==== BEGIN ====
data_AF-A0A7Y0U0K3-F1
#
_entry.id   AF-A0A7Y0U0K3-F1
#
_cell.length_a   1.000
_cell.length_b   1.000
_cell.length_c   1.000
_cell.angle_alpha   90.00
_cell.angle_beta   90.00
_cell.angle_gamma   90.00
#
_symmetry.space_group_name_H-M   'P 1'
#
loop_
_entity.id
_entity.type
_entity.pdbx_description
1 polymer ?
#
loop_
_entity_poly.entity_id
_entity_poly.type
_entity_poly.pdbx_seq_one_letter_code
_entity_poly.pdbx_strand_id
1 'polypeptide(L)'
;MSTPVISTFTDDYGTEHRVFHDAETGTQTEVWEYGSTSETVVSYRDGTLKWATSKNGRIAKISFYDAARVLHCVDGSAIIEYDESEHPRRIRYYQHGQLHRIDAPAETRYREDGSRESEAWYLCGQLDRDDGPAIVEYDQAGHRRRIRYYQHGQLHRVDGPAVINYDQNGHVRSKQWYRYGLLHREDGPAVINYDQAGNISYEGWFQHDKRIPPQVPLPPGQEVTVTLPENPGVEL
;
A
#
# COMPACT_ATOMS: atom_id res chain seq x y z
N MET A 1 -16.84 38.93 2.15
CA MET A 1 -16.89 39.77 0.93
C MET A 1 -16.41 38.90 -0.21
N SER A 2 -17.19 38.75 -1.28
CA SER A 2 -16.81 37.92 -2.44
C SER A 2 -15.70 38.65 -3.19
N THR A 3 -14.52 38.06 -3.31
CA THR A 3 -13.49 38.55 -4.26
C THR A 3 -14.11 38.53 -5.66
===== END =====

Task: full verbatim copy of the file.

data_AF-A0A7Y0U0K3-F1
#
_entry.id   AF-A0A7Y0U0K3-F1
#
_cell.length_a   1.000
_cell.length_b   1.000
_cell.length_c   1.000
_cell.angle_alpha   90.00
_cell.angle_beta   90.00
_cell.angle_gamma   90.00
#
_symmetry.space_group_name_H-M   'P 1'
#
loop_
_entity.id
_entity.type
_entity.pdbx_description
1 polymer ?
#
loop_
_entity_poly.entity_id
_entity_poly.type
_entity_poly.pdbx_seq_one_letter_code
_entity_poly.pdbx_strand_id
1 'polypeptide(L)'
;MSTPVISTFTDDYGTEHRVFHDAETGTQTEVWEYGSTSETVVSYRDGTLKWATSKNGRIAKISFYDAARVLHCVDGSAIIEYDESEHPRRIRYYQHGQLHRIDAPAETRYREDGSRESEAWYLCGQLDRDDGPAIVEYDQAGHRRRIRYYQHGQLHRVDGPAVINYDQNGHVRSKQWYRYGLLHREDGPAVINYDQAGNISYEGWFQHDKRIPPQVPLPPGQEVTVTLPENPGVEL
;
A
#
# COMPACT_ATOMS: atom_id res chain seq x y z
N MET A 1 -16.84 38.93 2.15
CA MET A 1 -16.89 39.77 0.93
C MET A 1 -16.41 38.90 -0.21
N SER A 2 -17.19 38.75 -1.28
CA SER A 2 -16.81 37.92 -2.44
C SER A 2 -15.70 38.65 -3.19
N THR A 3 -14.52 38.06 -3.31
CA THR A 3 -13.49 38.55 -4.26
C THR A 3 -14.11 38.53 -5.66